that approximates the actual distribution of tip income among the
of actual tips received.
2. Be effective the first day of a payroll period that begins after the
If you have allocated tips using other than the calendar year, put
date the agreement is adopted, but no later than January 1 of the next
an “X” on line 6 and enter the amount of allocated tips (if any)
from your records on line 7. This may occur if you allocated tips
3. Be adopted when there are employees in each occupational
based on the time period for which wages were paid or allocated on a
category who would be affected by the agreement; and
4. Allow for revocation by a written agreement adopted by at least
two-thirds of the employees in occupational categories affected by the
Line 7 — Allocation of tips. If 8% (or an approved lower rate) of
agreement when it is revoked. The revocation is effective only at the
gross receipts (line 6) is more than the amount of tips reported by your
beginning of a payroll period.
employees (line 4c), you must allocate the excess to those employees.
Line 8 — Total number of directly tipped employees. Enter the total
Enter the excess on line 7. There are three methods by which you may
number of directly tipped employees who worked at the establishment
allocate tips. Mark the checkbox on line 7a, b, or c to show the method
during 2001. This is the cumulative total of all directly tipped employees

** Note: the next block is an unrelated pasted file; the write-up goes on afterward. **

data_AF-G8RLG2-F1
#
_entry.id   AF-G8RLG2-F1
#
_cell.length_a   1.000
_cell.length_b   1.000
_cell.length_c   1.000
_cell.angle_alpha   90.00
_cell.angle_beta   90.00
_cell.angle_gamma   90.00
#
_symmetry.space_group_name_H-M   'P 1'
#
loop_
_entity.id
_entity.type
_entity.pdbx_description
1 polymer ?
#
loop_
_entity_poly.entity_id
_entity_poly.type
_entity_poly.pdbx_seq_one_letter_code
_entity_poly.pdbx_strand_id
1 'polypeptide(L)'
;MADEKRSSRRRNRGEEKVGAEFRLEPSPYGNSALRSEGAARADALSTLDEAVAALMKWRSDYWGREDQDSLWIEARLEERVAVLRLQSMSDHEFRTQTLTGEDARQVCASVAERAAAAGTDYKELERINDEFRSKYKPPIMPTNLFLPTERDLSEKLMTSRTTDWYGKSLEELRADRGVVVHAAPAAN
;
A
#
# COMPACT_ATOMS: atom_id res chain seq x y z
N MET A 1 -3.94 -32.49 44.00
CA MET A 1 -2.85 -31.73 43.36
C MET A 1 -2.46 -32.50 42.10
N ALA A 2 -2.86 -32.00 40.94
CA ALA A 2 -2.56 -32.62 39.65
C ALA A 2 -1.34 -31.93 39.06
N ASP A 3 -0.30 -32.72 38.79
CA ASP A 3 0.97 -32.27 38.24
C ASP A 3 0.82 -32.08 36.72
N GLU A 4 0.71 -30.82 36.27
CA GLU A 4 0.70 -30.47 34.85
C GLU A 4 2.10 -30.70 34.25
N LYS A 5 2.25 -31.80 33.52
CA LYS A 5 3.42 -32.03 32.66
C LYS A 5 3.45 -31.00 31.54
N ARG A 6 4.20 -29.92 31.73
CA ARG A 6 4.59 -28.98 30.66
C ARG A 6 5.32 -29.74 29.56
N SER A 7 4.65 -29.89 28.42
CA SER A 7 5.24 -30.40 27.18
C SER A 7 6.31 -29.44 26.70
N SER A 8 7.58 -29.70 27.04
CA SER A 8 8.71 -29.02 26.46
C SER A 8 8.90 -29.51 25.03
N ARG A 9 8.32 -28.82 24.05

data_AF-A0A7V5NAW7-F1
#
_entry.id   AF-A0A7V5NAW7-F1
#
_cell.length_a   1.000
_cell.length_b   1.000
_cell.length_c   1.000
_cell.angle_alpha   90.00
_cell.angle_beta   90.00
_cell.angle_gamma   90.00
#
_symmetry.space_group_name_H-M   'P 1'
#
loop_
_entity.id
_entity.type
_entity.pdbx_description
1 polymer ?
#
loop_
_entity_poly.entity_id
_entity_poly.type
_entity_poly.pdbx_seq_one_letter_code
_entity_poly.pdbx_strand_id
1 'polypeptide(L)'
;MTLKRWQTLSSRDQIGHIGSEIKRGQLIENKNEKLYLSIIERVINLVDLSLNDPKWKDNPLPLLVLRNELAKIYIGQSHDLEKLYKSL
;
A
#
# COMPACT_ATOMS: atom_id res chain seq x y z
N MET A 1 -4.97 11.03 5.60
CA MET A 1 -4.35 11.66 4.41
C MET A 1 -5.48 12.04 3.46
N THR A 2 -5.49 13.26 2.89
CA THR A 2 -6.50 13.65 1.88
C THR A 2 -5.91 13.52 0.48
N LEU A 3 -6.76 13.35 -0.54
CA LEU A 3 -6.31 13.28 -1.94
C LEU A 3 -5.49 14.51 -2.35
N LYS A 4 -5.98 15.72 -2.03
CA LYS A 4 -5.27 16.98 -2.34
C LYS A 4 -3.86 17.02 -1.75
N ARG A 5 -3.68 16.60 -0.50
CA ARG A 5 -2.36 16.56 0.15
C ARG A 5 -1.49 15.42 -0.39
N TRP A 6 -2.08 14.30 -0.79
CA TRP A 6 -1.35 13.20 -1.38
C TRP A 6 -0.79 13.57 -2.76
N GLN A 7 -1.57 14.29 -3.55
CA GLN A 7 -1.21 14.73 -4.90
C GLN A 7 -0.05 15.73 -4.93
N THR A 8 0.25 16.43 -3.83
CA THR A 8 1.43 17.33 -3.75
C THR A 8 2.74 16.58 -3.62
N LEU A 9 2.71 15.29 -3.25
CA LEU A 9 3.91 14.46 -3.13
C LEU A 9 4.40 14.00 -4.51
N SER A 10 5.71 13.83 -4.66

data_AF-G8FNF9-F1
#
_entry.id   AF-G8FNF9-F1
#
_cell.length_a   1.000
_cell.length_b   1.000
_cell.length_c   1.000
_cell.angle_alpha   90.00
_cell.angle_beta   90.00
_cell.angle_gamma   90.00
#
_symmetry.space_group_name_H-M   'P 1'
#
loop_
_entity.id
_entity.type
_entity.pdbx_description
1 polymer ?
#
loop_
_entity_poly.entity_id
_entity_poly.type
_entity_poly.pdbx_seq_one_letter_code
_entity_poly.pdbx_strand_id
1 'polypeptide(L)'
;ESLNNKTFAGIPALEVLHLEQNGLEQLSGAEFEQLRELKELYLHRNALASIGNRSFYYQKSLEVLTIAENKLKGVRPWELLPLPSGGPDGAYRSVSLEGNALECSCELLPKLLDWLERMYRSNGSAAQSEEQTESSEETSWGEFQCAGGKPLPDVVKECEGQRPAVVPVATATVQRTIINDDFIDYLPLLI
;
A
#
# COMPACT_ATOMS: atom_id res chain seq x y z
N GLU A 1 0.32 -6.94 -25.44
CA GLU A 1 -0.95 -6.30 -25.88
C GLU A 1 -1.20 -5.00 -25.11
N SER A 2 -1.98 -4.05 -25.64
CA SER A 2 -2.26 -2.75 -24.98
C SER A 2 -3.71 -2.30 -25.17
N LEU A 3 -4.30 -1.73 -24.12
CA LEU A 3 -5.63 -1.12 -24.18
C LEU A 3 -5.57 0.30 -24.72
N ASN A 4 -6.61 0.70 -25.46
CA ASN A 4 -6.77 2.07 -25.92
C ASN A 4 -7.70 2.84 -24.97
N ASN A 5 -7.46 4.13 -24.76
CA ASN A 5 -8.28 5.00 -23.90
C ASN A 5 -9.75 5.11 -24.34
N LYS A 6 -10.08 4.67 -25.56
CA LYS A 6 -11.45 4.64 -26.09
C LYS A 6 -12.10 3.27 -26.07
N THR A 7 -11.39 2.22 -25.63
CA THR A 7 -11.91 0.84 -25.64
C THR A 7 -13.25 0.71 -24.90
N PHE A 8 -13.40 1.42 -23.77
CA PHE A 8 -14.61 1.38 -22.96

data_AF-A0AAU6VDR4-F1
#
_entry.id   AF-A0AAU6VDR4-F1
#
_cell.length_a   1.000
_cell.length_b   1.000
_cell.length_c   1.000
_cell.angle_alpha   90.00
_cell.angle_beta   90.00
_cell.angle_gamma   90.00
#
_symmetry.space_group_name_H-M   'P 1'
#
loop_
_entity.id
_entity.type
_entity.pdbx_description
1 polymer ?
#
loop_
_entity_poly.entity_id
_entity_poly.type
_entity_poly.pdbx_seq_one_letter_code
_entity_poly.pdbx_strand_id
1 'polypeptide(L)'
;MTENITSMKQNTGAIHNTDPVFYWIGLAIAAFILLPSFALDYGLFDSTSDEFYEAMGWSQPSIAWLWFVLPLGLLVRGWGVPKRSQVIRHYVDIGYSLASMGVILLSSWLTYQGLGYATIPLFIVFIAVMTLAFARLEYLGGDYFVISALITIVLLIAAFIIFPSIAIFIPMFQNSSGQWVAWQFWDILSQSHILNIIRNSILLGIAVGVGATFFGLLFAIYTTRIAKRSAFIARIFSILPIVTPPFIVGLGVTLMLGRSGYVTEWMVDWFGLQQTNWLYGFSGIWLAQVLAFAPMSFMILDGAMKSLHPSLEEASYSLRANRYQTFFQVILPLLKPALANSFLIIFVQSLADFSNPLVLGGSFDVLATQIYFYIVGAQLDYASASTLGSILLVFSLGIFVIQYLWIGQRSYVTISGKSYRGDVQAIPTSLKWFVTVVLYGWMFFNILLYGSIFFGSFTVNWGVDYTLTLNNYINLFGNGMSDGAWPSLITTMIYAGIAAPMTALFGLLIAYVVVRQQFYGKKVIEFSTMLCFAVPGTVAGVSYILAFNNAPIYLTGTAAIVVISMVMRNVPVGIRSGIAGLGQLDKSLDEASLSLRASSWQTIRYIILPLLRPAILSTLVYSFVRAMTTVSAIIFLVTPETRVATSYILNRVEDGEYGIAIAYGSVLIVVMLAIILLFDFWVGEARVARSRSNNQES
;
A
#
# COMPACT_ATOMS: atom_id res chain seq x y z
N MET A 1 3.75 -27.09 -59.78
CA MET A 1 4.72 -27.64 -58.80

who worked at the establishment at any time during the year. If you
Line 7a — Hours-worked method. Establishments that employ fewer
have a large turnover of directly tipped employees, this number may be
than the equivalent of 25 full-time employees (both tipped and
large. Do not use this number to determine if you must file
nontipped employees) during a payroll period may use the
Form 8027. Instead, see the Worksheet for Determining Whether To
hours-worked method to allocate tips. You will be considered to have
File Form 8027, on page 1.
employed fewer than the equivalent of 25 full-time employees during a
payroll period if the average number of employee hours worked (both
Example for Line 7b — Gross receipts method. A large food or
tipped and nontipped employees) per business day during a payroll
beverage establishment has gross receipts for a payroll period of
period is less than 200 hours.
$100,000 and has tips reported for the payroll period of $6,200. Directly